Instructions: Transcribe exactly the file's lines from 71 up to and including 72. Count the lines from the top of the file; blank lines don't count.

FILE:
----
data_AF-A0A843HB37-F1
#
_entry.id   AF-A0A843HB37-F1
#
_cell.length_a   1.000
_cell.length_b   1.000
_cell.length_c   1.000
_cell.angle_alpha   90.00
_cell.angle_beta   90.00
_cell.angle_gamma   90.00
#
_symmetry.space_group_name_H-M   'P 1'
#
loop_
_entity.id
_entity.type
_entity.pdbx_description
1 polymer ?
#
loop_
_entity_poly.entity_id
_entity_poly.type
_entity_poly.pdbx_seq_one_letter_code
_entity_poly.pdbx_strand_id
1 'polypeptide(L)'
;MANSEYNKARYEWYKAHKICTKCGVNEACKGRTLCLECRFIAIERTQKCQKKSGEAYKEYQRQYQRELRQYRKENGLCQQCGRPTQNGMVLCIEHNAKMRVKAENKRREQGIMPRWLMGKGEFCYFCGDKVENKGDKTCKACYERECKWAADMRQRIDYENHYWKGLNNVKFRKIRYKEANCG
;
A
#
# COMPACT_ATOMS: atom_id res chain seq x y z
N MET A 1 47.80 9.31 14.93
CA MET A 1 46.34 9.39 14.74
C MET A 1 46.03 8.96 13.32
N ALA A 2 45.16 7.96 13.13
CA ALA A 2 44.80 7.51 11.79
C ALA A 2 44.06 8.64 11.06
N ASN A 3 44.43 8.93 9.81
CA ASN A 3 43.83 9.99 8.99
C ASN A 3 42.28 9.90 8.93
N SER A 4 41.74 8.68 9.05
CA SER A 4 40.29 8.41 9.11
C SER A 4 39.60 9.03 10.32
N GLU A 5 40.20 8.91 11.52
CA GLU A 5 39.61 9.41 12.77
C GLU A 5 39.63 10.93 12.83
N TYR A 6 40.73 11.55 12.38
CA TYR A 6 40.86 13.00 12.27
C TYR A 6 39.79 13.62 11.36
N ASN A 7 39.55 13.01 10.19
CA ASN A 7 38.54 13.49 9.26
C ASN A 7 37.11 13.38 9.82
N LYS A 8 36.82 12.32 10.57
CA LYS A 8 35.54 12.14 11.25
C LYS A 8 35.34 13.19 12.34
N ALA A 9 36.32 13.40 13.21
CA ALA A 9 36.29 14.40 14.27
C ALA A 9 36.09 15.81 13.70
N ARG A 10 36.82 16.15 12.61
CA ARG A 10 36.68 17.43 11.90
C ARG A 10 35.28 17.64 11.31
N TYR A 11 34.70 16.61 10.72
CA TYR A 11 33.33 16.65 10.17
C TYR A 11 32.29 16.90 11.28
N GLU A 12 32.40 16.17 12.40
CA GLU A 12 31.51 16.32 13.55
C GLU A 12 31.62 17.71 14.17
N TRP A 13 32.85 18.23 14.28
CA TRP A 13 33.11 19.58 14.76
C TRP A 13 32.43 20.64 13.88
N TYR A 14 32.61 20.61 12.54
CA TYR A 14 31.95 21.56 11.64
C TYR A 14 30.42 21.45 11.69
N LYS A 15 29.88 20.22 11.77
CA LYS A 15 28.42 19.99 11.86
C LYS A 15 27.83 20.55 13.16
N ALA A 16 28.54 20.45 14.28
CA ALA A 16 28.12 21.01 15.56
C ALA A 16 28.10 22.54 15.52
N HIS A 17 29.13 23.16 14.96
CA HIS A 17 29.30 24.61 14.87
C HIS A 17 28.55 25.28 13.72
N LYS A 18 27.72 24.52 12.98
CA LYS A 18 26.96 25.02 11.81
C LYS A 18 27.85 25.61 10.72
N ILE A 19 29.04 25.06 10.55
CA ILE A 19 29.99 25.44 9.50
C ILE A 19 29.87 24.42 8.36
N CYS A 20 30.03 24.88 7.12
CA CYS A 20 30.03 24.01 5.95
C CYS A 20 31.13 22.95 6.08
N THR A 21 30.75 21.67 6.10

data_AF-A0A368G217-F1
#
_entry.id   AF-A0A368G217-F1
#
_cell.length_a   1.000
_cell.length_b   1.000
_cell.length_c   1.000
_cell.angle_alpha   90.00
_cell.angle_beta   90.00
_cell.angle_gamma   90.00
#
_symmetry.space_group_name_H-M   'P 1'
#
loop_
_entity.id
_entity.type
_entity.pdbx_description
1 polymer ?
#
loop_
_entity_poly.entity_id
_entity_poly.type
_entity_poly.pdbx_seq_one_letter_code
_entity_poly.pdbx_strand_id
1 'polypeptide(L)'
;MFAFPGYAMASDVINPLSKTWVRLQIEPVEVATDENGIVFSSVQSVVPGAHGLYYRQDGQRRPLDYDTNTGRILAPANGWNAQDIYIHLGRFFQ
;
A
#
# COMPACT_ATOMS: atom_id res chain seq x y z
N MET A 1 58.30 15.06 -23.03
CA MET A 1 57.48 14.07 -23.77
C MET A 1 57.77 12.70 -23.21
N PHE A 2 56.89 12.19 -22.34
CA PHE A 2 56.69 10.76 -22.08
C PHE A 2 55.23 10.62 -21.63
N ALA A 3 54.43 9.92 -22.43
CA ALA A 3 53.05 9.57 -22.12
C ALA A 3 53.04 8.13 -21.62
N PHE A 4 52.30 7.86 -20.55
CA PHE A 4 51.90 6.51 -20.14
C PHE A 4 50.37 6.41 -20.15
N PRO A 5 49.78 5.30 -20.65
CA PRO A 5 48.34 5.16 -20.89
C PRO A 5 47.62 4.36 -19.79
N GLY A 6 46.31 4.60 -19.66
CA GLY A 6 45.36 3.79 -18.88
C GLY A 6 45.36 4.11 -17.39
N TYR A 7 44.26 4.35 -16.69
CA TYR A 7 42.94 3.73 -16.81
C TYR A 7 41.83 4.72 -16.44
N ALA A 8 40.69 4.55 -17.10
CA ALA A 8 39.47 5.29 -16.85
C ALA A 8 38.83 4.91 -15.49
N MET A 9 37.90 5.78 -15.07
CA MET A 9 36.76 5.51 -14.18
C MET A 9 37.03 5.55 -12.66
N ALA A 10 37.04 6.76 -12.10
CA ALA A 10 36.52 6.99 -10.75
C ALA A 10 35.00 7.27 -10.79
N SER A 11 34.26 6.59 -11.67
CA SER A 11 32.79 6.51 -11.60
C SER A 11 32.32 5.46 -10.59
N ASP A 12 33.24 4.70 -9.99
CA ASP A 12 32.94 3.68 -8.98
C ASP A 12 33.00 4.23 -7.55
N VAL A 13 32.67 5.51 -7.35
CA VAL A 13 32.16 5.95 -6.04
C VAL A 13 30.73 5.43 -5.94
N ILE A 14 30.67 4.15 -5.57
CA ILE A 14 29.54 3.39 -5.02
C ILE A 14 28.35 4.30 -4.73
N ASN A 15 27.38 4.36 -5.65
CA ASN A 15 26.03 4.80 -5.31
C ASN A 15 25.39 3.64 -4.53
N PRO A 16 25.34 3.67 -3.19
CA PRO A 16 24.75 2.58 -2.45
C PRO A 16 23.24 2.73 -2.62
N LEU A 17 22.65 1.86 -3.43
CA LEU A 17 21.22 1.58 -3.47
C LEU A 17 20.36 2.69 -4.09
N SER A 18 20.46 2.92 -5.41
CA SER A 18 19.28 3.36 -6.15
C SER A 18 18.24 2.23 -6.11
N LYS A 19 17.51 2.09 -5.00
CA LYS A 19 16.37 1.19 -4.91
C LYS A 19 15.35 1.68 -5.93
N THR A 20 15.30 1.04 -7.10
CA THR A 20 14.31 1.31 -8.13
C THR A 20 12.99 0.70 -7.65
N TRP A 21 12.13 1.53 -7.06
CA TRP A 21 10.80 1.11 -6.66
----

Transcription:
CA TYR A 14 31.95 21.56 11.64
C TYR A 14 30.42 21.45 11.69